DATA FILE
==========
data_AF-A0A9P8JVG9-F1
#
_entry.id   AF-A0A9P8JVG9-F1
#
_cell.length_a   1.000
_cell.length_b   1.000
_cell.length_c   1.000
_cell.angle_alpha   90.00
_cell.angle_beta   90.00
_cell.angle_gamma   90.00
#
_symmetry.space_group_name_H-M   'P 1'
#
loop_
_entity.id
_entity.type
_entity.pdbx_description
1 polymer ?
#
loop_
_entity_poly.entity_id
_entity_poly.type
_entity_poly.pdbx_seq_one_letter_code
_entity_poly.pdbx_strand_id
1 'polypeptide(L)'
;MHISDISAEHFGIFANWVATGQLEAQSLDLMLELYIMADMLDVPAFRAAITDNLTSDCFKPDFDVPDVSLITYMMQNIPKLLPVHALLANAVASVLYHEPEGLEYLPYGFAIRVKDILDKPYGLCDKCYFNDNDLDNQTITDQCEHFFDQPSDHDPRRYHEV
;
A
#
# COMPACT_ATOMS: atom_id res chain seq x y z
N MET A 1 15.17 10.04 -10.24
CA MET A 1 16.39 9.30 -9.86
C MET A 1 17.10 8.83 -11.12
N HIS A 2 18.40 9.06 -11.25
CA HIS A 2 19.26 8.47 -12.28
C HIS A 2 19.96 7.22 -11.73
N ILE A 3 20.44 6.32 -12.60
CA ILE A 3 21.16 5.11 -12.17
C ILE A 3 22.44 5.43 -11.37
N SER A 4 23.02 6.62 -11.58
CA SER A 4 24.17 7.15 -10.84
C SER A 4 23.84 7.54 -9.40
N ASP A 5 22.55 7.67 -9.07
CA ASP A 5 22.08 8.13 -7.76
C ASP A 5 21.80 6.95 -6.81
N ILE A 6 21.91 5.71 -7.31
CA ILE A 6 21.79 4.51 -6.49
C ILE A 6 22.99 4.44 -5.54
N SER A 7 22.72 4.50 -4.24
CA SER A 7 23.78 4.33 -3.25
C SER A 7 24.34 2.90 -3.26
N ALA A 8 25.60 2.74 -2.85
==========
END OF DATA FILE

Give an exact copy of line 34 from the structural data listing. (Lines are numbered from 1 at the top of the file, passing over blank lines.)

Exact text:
N HIS A 2 18.40 9.06 -11.25